Obsessive Compulsive Disorder (OCD) Symptoms in Children

OCD in childrenAll children worry and/or doubt themselves at times – this is “normal” and healthy. Children with obsessive-compulsive disorder (OCD) worry and fret as well, but the difference is that they cannot stop worrying, fretting and doubting; regardless of how hard they try. The constant anxiety causes these children to repeat certain behaviors over and over again.

Children who obsess over trivial or insignificant things and repeat certain behaviors unnecessarily may have obsessive-compulsive disorder. Obsessive-compulsive disorder is an anxiety disorder that causes people to fixate on certain beliefs, thoughts, images and issues that they deem unhealthy, dangerous, dirty or “bad.”

Children with this disorder cannot shake their scary and upsetting thoughts, regardless of what they do. Thoughts of losing something can cause children with this disorder to collect and hide items that have little-to-no value to others. These children may also fret over whether something is “right” or “wrong.” They may not feel “good” or satisfied until everything is in order and will work until everything is in its proper place.  In other words, children with this condition will repeat certain behaviors until they feel satisfied.

The repetitive behaviors are called compulsions or rituals. These rituals are needed to remove the negative, scary and intrusive thoughts and images from these children’s minds. In order for these children to function, they have to make sure everything is “right,” “safe” and “clean.” They also have to get rid of their feelings of dread, which are only remedied through the rituals.

Do not be alarmed if these children cannot tell you why they perform the rituals, because in most cases, children with this condition cannot answer that question. In reality, these rituals help reduce anxiety so that they can perform day-to-day activities. In other words, this anxiety disorder mimics an overactive alarm system. These children become so worried that they feel that the only way to make the anxious feelings go away is to perform a task or fret over an issue until they are sure that “everything is as it should be.” These rituals interfere with their ability to have a “normal” and healthy childhood.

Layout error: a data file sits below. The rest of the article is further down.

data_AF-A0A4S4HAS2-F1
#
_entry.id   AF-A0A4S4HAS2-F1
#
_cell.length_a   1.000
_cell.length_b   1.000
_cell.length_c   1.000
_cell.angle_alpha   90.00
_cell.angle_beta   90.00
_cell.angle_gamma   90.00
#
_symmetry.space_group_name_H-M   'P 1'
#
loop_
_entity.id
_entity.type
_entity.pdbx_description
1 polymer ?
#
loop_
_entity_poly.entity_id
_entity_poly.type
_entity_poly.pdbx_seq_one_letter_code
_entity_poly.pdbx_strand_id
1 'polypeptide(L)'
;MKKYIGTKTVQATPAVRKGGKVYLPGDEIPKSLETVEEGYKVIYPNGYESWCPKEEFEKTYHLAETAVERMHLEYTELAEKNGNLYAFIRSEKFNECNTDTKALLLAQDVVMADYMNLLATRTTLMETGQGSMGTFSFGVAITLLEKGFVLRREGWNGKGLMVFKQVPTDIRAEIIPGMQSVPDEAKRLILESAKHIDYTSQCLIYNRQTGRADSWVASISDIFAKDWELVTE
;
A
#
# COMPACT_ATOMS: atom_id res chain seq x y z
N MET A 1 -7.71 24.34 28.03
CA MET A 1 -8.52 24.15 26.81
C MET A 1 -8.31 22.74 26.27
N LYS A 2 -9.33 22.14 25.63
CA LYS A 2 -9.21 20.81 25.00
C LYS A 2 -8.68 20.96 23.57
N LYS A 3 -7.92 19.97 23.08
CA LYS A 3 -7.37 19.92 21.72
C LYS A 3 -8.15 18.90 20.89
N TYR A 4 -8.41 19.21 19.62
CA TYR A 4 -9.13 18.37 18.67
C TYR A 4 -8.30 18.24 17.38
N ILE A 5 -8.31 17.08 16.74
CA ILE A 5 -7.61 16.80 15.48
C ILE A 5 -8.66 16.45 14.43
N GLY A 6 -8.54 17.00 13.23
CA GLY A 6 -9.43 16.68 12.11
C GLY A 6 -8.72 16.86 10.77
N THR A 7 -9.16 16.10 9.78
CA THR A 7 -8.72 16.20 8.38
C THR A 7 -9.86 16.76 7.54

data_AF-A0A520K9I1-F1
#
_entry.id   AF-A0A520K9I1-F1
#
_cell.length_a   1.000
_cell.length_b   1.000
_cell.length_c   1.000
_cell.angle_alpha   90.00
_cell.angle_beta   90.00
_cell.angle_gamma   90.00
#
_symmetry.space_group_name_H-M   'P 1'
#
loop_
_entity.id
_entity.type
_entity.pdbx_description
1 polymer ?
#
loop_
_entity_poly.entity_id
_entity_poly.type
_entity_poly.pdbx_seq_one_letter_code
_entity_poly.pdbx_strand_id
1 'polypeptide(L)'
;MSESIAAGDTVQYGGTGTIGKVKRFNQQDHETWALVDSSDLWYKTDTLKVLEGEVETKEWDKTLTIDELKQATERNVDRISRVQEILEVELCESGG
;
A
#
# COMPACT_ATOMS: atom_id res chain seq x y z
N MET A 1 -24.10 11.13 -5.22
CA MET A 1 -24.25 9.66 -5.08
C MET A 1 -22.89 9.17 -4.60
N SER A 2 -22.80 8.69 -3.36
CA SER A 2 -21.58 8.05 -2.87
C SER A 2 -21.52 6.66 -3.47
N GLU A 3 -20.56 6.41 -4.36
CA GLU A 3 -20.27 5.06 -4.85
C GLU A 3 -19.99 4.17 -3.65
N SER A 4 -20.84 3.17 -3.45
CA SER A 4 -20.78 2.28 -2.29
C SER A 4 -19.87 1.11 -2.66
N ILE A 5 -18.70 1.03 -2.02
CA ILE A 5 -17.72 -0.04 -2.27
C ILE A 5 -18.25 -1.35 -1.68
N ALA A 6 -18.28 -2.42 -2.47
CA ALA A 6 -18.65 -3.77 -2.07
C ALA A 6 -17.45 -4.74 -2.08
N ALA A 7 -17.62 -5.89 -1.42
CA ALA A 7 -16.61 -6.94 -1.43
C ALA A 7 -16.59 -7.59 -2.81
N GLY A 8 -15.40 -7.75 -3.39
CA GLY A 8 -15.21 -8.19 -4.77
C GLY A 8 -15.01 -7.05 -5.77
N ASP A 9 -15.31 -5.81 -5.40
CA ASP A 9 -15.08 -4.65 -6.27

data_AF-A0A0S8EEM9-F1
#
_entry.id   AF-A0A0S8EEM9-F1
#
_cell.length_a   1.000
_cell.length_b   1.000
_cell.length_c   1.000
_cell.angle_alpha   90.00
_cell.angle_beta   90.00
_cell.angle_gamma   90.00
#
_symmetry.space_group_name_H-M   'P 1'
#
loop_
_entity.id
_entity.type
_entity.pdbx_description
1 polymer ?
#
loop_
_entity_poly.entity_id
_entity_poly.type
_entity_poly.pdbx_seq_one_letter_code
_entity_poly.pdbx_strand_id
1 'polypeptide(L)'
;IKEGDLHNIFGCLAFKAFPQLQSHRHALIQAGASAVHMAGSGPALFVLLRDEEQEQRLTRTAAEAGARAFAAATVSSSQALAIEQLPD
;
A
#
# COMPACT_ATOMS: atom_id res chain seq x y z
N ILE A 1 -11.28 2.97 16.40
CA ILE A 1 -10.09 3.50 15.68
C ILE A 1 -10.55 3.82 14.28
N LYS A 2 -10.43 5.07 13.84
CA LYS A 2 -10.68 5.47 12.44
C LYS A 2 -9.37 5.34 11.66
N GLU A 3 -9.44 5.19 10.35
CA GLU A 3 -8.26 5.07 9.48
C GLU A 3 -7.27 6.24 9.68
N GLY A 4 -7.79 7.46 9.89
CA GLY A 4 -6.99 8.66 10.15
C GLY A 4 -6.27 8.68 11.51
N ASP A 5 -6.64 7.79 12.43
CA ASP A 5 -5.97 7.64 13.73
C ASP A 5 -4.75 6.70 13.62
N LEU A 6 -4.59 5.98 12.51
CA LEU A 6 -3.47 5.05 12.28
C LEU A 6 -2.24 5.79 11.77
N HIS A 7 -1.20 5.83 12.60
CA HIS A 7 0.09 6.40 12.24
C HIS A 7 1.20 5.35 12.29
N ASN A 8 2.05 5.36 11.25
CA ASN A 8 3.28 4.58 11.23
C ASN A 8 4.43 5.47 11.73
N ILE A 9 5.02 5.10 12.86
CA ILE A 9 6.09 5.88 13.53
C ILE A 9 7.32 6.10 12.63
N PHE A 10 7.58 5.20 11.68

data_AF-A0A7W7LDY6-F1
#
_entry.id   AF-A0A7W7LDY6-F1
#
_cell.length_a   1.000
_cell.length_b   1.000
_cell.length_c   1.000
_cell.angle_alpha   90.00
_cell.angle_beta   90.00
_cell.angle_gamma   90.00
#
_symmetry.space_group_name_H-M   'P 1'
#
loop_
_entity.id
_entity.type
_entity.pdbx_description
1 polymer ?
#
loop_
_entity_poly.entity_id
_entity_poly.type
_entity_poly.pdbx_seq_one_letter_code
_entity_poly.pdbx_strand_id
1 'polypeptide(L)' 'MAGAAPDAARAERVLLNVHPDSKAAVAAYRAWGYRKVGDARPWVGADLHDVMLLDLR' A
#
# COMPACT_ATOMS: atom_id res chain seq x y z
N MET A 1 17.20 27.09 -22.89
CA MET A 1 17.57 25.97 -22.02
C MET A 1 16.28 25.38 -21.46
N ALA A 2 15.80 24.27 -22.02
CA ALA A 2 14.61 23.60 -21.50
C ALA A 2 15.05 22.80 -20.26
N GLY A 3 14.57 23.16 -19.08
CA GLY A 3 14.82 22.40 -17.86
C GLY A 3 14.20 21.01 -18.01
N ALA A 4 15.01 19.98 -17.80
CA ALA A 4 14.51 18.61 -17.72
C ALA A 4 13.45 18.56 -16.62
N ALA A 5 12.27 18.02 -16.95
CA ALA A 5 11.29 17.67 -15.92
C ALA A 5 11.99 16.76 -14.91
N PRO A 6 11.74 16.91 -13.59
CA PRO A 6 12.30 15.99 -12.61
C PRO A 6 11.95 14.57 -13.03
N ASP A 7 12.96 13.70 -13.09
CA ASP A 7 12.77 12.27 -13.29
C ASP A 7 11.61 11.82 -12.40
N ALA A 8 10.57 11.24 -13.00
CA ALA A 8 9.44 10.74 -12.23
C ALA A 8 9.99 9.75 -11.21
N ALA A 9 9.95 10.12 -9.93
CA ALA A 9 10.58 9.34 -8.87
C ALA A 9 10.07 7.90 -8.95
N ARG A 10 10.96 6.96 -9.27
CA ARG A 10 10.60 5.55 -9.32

These children probably know that they do not have to perform the behaviors repeatedly or dwell on unhealthy thoughts and images to function, but the anxiety is so overwhelming and stressful that they do not know what else to do to improve the situation. The obsessions and compulsions bring order and stability to their lives. Although the repetitive thoughts and behaviors decrease their anxiety, it is only for a short-amount of time. In other words, the anxiety returns, which cause the children to repeat the process. Thankfully, there is help for children with this disorder, but first you must understand how this condition is exhibited in children.


It is important to understand that children with obsessive-compulsive disorder may feel embarrassed or ashamed of their thoughts and behaviors. In addition, they may try to hide these behaviors from you. These children may also develop low self-esteem because they do not react to situations like other children. It may cause them to avoid contact with their classmates and peers. They may also become irritable and moody as a result of the obsessions and compulsions. The most important thing you can do for these children is to be supportive and loving. They need to know that you will be there to help them conquer this disorder.

Listed below are common symptoms associated with obsessive-compulsive disorder in children:

Obsessions (Fears)

  • Pollution, corruption and contamination
  • Dirt, germs, uncleanliness and infection
  • Balance, order and accuracy
  • Religion and spirituality
  • Body wastes (i.e. feces, urine, bodily fluids, vomit, etc.)
  • Certain numbers
  • Aggression and sexuality
  • Impending tragedies, death and injuries
  • Household items
  • Loud noises (i.e. words and sounds)

Compulsions (Rituals)

  • Grooming (i.e. showering, hand-washing and teeth-brushing)
  • Repetitive behaviors (i.e. re-reading passages, erasing and re-writing, going in and out of doors repeatedly, etc.)
  • Checking (i.e. making sure the stove is turned off, the door is locked, the dog is in the house, etc.)
  • Avoiding (i.e. deliberately avoiding or getting away from infected or “contaminated” people and/or objects)
  • Touching (i.e. hugging, kissing and/or touching someone or something)
  • Preventing (i.e. going out of your way to prevent others from being harmed, injured or killed)
  • Ordering (i.e. arranging objects in chronological order or by color or shape)
  • Counting (i.e. repeatedly counting numbers, people, objects, etc.).
  • Hoarding (i.e. collecting unnecessary and/or worthless items)
  • Cleaning (i.e. cleaning the bathtub, sink, mirror, stove, etc. repeatedly)



Ben-Joseph, E. P. (2012). Obsessive-compulsive disorder. Kids Health. Retrieved from             http://kidshealth.org/parent/emotions/behavior/OCD.html#

Mayo Clinic. (2013). Obsessive-compulsive disorder (OCD): Symptoms. Retrieved from             http://www.mayoclinic.org/diseases-conditions/ocd/basics/symptoms/CON-20027827

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